Animal Rights vs Animal Welfare

The debate between animal rights and animal welfare is one that has been a dividing line for activists for decades. It is often argued by those who consume animal products, and even many who don’t, that advocating for animal welfare reforms is more realistic, and therefore more effective, than advocating for the complete abolition of animal agriculture. It cannot be denied that these arguments have valid points, but they do fail to draw distinctions between the desired outcomes of both movements. 

Animal welfare campaigning is characterised by pressuring animal abusing enterprises into making reform into the treatment of the animals they farm, often taking the form of bigger or no cages for egg laying hens, cleaner or more natural environments, and the banning of practices like gestation crates for pigs and chicken de-beaking. These reforms do not acknowledge that animals have any fundamental rights, just that they should be treated better than they currently are. Animal rights campaigning however, focuses on the abolition of the use of animals, for animal rights advocates the issue is not how we use animals, but that we use them at all. The argument that animal welfare campaigning is what vegans should be doing therefore, is misguided at its very core, since both movements seek fundamentally different goals.

Animal welfare reforms have their place and they no doubt have some benefits for farmed animals themselves, but no amount of animal welfare campaigning will ever lead the the abolition of animal agriculture, since you cannot convince an industry to abolish itself. Moreover, the end of animal agriculture is not the goal of welfarism. Welfarists seek to improve the lives of farmed animals, though it must be said, that even at this task it is utterly failing. We have had at least seventy years of so-called “welfare reforms,” yet things are worse for animals now than they have ever been. More animals are being slaughtered per day now than at any time in history, with meat consumption quadrupling in the last fifty years, and the vast majority of these animals are factory farmed. It is highly likely that a farmer of the 1950’s would be utterly horrified at the industrial animal farming practices of today, despite years of supposed successes from animal welfare campaigners. This is not progress, under any reasonable definition of the word.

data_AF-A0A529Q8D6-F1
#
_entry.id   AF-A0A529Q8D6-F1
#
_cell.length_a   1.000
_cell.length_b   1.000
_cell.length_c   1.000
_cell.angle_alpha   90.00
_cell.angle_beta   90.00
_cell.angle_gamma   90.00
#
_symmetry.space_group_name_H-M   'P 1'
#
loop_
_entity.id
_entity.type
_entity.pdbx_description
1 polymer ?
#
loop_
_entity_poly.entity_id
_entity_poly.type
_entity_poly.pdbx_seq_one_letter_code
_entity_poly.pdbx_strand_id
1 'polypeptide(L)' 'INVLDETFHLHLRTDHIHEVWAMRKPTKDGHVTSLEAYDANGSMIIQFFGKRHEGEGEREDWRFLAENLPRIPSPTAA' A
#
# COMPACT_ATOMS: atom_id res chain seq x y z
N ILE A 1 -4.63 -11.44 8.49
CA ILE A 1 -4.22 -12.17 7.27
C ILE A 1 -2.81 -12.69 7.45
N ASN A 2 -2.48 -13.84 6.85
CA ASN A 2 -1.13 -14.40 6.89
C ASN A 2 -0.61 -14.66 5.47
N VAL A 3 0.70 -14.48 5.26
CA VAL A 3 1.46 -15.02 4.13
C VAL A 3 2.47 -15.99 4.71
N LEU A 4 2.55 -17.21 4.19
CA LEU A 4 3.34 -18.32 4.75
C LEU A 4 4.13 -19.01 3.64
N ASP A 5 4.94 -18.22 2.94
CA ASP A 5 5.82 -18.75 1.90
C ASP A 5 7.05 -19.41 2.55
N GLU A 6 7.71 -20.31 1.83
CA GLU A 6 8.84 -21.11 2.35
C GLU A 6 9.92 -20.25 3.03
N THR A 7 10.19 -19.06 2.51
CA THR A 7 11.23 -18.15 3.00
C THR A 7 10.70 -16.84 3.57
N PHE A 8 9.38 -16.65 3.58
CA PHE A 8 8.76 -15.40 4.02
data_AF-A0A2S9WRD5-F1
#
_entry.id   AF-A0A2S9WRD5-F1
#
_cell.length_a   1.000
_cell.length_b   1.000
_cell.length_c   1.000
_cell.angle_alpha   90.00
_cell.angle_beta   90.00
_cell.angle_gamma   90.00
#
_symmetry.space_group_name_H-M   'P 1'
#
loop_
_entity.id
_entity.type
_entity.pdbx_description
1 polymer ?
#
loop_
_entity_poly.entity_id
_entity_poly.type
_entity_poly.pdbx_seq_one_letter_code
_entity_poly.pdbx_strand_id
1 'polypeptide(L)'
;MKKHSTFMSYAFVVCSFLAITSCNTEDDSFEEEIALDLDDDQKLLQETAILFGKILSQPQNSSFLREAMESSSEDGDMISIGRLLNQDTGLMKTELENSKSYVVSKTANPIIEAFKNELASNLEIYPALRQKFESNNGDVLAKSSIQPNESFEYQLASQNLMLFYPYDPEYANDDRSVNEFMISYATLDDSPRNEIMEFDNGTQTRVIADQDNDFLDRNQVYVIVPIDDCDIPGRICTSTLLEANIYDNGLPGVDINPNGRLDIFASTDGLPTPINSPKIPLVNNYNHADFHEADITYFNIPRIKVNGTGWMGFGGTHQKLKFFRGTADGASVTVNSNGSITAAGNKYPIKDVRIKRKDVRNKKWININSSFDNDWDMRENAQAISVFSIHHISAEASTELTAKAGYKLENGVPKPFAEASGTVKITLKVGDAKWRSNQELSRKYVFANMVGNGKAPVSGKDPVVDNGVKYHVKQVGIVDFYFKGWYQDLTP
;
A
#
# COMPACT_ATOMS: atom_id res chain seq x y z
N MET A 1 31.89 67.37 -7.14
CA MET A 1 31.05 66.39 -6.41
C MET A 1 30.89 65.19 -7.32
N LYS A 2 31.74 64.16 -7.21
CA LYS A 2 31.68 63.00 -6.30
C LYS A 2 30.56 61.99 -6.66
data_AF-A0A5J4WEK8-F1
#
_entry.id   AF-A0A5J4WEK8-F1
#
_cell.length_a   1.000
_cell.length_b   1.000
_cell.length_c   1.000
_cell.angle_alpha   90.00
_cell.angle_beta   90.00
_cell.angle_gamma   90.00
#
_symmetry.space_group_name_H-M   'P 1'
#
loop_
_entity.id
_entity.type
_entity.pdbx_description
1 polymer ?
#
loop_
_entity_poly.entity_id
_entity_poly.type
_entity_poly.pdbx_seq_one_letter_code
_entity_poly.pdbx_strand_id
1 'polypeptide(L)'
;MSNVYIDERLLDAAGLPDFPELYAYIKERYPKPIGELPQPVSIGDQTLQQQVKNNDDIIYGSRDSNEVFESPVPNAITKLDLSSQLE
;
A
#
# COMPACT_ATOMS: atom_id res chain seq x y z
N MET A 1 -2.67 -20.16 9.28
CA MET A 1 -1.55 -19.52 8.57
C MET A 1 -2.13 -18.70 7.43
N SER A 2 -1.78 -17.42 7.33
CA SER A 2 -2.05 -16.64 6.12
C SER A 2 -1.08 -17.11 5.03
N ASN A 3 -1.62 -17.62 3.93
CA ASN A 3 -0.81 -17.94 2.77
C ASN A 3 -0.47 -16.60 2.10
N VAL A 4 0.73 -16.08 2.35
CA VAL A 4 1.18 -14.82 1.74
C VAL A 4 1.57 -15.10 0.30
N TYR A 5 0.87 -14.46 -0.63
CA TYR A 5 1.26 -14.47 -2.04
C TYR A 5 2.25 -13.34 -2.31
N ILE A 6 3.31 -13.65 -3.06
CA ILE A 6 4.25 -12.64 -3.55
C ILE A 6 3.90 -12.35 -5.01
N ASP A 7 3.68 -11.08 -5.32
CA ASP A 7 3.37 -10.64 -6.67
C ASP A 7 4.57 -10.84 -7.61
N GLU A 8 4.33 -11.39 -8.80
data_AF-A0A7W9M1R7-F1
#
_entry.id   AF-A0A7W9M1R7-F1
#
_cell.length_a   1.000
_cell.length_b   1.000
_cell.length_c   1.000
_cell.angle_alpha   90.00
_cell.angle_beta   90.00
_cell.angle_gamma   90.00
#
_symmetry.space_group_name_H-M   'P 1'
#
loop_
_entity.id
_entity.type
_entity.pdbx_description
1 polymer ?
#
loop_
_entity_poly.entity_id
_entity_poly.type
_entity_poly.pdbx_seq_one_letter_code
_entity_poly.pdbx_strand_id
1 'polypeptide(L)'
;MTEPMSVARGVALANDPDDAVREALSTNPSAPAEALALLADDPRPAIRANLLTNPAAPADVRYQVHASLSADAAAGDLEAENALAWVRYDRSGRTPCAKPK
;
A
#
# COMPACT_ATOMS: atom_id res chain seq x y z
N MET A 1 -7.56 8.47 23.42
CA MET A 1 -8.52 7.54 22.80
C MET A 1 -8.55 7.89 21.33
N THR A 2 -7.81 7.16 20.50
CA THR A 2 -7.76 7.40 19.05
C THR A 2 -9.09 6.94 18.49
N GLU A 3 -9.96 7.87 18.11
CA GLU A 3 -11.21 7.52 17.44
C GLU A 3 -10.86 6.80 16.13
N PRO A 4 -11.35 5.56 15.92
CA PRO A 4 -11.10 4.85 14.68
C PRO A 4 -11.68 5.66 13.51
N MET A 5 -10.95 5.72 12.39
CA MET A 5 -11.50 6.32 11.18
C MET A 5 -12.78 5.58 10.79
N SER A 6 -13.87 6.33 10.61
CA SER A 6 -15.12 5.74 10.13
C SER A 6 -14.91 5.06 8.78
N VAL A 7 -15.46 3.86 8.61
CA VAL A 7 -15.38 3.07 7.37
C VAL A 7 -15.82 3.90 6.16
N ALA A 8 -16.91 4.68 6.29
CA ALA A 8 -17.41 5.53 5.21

It can in fact be argued that welfarism increases the demand for animal products, contrary to popular belief. We saw this in the 1970’s in the “golden era” of animal welfare reforms; new freedoms of the press and new mediums allowed the public to become more educated than ever on the plight of farmed animals, and during the “hippie revolution” many people chose to abstain from animal products entirely. Many more people however, were convinced by these welfare reforms that animal products were ethical to eat, since these products were “humane.” The animal agriculture corporations were happy to cash in on this new boom of “ethical consumerism”, and were able to sell their products to these consumers by making fairly meaningless and inexpensive changes to animal welfare.  Those who have done any amount of research into so called “humane” labels know that they legally mean very little, and that free range and factory farm facilities are often virtually indistinguishable. However, consumers are usually more than happy to accept vague terms like “free range,” “cage free” and “happy” with little research because this fits a narrative they want to construct about themselves and their food: That their lifestyle and their consumption is ethical.